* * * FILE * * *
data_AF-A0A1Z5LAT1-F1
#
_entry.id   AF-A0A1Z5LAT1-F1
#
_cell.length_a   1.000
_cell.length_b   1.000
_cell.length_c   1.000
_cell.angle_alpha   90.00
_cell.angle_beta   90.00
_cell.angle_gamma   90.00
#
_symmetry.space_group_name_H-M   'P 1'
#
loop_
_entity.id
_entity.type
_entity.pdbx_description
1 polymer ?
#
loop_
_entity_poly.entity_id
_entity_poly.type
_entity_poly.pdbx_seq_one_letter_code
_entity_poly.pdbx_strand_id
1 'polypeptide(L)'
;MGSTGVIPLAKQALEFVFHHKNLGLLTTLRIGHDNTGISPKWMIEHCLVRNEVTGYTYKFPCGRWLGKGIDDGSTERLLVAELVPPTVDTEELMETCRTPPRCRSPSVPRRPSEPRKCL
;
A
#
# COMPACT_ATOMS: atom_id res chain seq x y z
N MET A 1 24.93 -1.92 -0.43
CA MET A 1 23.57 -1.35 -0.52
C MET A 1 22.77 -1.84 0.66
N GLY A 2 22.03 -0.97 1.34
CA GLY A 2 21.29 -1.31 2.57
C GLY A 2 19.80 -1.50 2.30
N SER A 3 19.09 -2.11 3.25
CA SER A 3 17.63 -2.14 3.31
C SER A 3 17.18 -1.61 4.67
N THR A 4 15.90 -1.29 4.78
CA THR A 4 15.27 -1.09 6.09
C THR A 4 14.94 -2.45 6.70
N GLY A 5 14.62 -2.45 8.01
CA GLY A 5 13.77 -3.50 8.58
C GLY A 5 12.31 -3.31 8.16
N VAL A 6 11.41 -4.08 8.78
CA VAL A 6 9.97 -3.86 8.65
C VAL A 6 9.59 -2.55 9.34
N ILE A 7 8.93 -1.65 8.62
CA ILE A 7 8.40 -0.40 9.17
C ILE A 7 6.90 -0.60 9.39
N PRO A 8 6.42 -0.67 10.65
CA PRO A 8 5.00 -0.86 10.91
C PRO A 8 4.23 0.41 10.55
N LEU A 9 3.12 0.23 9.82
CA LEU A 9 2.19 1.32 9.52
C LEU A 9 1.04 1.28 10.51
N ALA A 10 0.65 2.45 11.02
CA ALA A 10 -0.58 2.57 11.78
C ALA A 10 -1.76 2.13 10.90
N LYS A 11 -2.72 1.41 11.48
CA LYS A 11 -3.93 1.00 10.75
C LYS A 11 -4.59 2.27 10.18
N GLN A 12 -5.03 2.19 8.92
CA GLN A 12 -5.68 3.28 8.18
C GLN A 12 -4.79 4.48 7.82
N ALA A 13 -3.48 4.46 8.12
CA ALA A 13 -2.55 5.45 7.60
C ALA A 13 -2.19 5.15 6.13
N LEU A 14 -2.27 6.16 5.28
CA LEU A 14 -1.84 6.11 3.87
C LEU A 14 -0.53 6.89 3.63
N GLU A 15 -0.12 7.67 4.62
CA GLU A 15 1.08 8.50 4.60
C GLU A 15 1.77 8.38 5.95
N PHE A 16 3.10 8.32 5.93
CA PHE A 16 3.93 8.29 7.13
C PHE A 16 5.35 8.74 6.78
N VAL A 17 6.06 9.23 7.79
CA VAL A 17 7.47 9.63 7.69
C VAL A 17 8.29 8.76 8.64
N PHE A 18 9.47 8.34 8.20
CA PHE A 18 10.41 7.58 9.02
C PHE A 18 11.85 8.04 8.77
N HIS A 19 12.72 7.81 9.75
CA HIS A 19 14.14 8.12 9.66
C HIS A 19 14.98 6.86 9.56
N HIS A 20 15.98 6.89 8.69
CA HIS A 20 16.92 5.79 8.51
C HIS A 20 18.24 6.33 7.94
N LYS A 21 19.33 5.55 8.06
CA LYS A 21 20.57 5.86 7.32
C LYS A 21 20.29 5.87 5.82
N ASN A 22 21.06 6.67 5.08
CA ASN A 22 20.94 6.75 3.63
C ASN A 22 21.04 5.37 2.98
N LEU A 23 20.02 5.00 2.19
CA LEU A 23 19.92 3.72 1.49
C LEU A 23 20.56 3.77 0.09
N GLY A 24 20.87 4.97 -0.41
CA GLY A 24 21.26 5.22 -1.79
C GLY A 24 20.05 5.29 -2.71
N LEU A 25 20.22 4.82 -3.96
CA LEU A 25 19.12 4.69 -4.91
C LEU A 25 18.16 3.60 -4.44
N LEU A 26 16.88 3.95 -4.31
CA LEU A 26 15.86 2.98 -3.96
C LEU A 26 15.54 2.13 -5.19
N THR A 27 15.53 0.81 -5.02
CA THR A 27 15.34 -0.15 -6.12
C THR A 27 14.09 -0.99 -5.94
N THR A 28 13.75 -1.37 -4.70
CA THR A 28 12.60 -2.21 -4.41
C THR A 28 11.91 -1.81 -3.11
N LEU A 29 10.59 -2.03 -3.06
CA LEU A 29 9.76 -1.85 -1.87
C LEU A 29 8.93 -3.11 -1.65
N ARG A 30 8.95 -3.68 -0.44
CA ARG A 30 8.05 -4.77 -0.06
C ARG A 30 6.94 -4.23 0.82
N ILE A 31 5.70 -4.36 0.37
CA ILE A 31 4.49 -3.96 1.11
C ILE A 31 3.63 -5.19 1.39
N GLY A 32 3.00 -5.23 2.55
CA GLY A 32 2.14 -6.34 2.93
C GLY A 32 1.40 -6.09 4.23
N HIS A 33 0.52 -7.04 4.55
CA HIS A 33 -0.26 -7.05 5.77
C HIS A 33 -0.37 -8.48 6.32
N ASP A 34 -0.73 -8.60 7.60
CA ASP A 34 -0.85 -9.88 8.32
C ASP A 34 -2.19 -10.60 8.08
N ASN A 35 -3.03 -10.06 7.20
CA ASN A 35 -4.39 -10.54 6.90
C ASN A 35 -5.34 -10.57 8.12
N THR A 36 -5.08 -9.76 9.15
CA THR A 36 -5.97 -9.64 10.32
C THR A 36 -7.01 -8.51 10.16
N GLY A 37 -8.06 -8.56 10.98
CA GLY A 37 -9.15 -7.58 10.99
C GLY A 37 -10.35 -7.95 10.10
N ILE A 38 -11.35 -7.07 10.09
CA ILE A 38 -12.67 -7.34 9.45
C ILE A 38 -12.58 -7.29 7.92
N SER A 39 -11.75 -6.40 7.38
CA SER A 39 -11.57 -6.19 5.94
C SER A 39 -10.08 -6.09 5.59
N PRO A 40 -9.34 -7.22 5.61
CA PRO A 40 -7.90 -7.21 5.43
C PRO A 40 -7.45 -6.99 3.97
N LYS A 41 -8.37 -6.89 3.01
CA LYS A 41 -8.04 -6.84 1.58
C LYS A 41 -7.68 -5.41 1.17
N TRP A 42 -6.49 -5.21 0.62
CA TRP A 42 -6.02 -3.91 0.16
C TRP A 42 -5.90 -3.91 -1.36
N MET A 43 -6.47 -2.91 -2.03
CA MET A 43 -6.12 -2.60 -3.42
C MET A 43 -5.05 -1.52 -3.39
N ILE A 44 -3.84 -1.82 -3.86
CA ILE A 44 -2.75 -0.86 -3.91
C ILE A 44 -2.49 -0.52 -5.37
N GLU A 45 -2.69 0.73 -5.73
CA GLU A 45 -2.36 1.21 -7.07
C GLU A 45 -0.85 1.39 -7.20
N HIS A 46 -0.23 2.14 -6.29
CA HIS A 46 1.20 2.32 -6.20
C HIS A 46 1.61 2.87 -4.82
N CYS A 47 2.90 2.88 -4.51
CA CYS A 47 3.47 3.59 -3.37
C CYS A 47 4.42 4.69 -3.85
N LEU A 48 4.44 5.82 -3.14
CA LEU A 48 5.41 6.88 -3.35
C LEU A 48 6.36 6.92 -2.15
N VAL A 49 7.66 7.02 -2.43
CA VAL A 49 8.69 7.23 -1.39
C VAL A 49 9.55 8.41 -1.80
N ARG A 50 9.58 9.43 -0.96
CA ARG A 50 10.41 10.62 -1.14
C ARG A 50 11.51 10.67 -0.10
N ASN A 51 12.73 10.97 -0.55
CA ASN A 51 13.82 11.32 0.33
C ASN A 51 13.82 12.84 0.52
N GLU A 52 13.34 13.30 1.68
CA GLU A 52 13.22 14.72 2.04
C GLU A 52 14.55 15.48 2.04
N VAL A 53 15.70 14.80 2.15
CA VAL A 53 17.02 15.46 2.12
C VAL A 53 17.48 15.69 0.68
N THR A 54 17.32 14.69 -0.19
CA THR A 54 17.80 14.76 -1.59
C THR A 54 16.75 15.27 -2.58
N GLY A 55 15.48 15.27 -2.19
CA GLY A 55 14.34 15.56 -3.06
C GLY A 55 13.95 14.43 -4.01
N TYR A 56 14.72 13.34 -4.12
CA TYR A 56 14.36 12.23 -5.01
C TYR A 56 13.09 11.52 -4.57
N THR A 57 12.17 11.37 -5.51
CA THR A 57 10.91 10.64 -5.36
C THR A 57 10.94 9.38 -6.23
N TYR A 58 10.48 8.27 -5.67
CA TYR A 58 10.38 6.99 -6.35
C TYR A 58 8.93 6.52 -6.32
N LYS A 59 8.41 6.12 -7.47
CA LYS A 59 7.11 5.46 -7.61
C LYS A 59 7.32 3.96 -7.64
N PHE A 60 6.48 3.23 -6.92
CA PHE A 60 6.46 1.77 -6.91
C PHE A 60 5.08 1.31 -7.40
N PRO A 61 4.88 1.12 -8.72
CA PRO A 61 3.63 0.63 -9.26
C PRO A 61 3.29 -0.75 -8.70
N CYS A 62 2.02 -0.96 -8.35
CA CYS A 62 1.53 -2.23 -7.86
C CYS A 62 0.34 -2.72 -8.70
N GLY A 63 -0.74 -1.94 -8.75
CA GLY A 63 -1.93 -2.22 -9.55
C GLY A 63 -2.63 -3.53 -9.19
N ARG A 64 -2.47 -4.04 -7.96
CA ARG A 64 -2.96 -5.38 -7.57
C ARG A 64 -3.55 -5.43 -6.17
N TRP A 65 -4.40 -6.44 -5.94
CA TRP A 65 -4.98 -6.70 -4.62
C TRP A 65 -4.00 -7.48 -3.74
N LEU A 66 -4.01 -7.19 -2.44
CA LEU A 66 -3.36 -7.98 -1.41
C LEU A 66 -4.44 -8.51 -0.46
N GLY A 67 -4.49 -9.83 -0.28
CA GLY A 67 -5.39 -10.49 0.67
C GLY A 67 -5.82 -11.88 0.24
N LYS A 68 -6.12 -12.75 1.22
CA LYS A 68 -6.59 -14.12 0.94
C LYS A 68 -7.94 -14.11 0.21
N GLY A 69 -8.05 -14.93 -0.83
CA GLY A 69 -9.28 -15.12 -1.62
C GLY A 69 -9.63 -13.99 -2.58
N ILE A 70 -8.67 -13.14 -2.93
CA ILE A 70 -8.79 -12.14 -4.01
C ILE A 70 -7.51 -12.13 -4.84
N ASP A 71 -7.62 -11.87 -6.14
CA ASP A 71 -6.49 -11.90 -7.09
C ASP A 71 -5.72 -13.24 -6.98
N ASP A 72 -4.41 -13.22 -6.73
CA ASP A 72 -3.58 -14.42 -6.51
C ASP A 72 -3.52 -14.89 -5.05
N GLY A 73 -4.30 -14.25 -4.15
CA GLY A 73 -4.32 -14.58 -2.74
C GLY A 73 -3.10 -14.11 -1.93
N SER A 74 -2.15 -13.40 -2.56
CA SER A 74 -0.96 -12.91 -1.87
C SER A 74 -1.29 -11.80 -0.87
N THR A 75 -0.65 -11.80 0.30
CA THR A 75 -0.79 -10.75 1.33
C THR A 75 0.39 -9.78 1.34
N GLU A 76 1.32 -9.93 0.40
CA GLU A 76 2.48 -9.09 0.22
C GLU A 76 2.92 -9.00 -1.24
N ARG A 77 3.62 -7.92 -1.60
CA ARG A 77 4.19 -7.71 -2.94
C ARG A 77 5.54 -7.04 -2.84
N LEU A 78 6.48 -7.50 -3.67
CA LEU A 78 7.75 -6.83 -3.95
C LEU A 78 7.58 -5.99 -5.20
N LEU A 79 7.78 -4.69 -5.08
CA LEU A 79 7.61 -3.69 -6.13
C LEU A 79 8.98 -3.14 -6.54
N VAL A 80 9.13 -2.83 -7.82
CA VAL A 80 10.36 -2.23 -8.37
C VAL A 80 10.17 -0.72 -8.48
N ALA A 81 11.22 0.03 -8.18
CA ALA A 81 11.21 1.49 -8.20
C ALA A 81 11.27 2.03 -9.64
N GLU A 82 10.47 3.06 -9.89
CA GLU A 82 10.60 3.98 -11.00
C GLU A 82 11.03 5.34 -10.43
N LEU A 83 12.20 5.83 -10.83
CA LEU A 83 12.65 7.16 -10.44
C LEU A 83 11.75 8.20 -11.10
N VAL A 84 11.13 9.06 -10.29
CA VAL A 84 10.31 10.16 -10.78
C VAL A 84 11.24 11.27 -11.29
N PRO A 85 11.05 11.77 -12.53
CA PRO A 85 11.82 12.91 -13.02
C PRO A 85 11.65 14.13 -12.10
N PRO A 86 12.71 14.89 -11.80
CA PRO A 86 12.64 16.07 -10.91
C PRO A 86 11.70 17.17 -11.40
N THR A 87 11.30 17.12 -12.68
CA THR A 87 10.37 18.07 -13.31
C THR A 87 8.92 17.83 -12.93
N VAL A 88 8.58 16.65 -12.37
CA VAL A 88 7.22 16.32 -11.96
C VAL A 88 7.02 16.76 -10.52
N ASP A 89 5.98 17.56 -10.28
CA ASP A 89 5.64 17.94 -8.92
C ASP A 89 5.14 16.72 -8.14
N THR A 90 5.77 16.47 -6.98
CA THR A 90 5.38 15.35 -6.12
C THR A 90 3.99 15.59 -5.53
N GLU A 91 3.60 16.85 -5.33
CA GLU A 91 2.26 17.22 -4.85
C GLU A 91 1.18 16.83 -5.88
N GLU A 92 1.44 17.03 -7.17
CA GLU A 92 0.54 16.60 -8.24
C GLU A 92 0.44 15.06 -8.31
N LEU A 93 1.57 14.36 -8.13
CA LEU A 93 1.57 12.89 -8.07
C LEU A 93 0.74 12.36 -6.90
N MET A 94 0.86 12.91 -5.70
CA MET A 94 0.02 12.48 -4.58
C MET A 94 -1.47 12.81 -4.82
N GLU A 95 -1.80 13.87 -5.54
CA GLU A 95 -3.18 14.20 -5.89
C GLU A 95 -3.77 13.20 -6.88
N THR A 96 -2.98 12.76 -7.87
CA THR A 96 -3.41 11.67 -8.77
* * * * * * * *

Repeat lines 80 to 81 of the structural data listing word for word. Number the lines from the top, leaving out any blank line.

CA VAL A 17 7.47 9.63 7.69
C VAL A 17 8.29 8.76 8.64